One of the finest guards ever to wear the Red and Blue, Salters was a three-year letterman who played on three NCAA-qualifying teams at the University of Pennsylvania. Most memorably, of course, he quarterbacked the Quakers to a spot in the 1979 Final Four with Michigan State (led by Magic Johnson), Indiana State (led by Larry Bird) and DePaul (led by Mark Aguirre). Salters, who was a junior that season, played an important role in Penn’s unforgettable drive to the Final Four. In the regional final, his clutch 1-and-1 free-throw conversion clinched the win over St. John’s and sent the Quakers to Utah. His four shots were also the winning points against No. 3 North Carolina earlier in the tournament. For his efforts, Salters was selected second-team All-Ivy. The 1978-79 Penn team went 25-7 overall, 13-1 in the Ivy League, and tied for the Big 5 title with a 3-1 mark. As captain and the only senior on the 1979-80 Penn squad, Salters earned first-team All-Big 5 and was a unanimous first-team All-Ivy selection. He paced the Quakers in nearly every offensive category, leading them in scoring (14.6 ppg), assists (101), field goals made (168) and free throws made (86). His 101 assists at the time was the ninth-best total in school history. In addition, Salters provided the winning bucket in Penn’s 50-49 victory over Princeton in the Ivy League playoff game that season, then led the Quakers into the second round of the NCAA Tournament. At the end of the season, Salters earned the team’s Most Valuable and Most Inspirational Player awards. A youthful Penn team went 17-12 overall, but was 11-3 in Ivy play and tied Princeton for the conference title before that win over the Tigers in the playoff. As a sophomore, Salters came off the bench and averaged 4.4 points per game for a Penn squad that went 20-8 overall, won the Ivy title with a 12-2 mark, and advanced to the NCAA Tournament East Regional semifinal. For his career, Salters scored 838 points (9.5 ppg) and also had 258 career assists and 122 rebounds. “Booney” also was a 2008 inductee into the Philadelphia Big 5 Hall of Fame.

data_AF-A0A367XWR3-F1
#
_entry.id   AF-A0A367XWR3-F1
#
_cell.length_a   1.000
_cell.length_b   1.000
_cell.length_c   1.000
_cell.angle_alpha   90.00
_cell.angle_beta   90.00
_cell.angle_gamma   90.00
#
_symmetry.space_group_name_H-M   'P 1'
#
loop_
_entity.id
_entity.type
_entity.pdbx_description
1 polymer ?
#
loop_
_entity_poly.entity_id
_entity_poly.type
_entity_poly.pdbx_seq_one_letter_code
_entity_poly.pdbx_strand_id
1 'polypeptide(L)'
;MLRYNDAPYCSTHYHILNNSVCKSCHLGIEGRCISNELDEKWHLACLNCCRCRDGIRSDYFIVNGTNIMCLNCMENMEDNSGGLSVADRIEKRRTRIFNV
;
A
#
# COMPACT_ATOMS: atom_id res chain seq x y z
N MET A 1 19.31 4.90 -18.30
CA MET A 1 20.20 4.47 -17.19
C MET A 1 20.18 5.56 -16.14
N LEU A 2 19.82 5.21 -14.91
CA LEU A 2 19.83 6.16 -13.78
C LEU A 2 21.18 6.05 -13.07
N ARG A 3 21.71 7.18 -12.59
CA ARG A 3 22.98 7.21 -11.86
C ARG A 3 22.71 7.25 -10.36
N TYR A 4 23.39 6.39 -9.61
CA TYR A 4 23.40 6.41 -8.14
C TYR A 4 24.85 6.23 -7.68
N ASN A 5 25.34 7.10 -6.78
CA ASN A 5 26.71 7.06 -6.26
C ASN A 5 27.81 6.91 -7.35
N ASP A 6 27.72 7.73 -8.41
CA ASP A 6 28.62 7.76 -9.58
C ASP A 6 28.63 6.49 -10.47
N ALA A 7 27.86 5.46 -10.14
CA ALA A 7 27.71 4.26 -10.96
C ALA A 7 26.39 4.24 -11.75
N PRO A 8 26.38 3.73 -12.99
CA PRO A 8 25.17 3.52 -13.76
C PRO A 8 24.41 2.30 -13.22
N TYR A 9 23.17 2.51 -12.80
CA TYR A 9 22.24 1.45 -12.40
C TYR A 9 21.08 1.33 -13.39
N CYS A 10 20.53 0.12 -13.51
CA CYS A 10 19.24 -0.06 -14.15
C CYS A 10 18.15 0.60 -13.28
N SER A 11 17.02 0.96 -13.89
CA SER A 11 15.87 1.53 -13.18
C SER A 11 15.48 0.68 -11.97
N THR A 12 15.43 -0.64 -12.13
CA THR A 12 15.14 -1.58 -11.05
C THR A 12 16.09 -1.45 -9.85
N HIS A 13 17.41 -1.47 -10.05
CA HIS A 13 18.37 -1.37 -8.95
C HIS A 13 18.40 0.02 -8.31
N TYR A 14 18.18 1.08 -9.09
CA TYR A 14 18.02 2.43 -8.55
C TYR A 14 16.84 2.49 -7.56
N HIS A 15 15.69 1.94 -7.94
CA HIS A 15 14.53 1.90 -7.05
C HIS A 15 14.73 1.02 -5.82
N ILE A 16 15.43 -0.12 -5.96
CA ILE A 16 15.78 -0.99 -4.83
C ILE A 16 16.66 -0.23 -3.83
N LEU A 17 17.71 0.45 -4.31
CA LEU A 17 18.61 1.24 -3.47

“It’s always nice coming home, because its true what they say -- the older I get, the better I was!”